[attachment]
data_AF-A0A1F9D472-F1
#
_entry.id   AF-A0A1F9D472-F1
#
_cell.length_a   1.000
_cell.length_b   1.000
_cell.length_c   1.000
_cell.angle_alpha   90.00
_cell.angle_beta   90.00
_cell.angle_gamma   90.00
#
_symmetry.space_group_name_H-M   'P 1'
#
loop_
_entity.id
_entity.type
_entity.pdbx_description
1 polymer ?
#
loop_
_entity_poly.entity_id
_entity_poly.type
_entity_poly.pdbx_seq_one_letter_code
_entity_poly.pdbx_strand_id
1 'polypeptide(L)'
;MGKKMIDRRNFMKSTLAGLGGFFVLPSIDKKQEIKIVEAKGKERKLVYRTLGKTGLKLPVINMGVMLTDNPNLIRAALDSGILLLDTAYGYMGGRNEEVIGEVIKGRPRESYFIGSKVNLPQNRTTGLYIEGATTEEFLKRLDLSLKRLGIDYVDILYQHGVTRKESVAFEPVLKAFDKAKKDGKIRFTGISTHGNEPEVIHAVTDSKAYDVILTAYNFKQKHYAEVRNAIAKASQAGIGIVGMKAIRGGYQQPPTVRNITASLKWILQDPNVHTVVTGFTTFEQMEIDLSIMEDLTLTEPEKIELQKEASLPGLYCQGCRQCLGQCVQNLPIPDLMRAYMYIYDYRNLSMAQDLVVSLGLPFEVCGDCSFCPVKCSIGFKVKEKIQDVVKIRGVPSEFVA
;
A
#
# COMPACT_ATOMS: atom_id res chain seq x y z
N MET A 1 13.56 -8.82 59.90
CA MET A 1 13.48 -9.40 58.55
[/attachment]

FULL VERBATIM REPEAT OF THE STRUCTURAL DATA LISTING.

data_AF-A0A1F9D472-F1
#
_entry.id   AF-A0A1F9D472-F1
#
_cell.length_a   1.000
_cell.length_b   1.000
_cell.length_c   1.000
_cell.angle_alpha   90.00
_cell.angle_beta   90.00
_cell.angle_gamma   90.00
#
_symmetry.space_group_name_H-M   'P 1'
#
loop_
_entity.id
_entity.type
_entity.pdbx_description
1 polymer ?
#
loop_
_entity_poly.entity_id
_entity_poly.type
_entity_poly.pdbx_seq_one_letter_code
_entity_poly.pdbx_strand_id
1 'polypeptide(L)'
;MGKKMIDRRNFMKSTLAGLGGFFVLPSIDKKQEIKIVEAKGKERKLVYRTLGKTGLKLPVINMGVMLTDNPNLIRAALDSGILLLDTAYGYMGGRNEEVIGEVIKGRPRESYFIGSKVNLPQNRTTGLYIEGATTEEFLKRLDLSLKRLGIDYVDILYQHGVTRKESVAFEPVLKAFDKAKKDGKIRFTGISTHGNEPEVIHAVTDSKAYDVILTAYNFKQKHYAEVRNAIAKASQAGIGIVGMKAIRGGYQQPPTVRNITASLKWILQDPNVHTVVTGFTTFEQMEIDLSIMEDLTLTEPEKIELQKEASLPGLYCQGCRQCLGQCVQNLPIPDLMRAYMYIYDYRNLSMAQDLVVSLGLPFEVCGDCSFCPVKCSIGFKVKEKIQDVVKIRGVPSEFVA
;
A
#
# COMPACT_ATOMS: atom_id res chain seq x y z
N MET A 1 13.56 -8.82 59.90
CA MET A 1 13.48 -9.40 58.55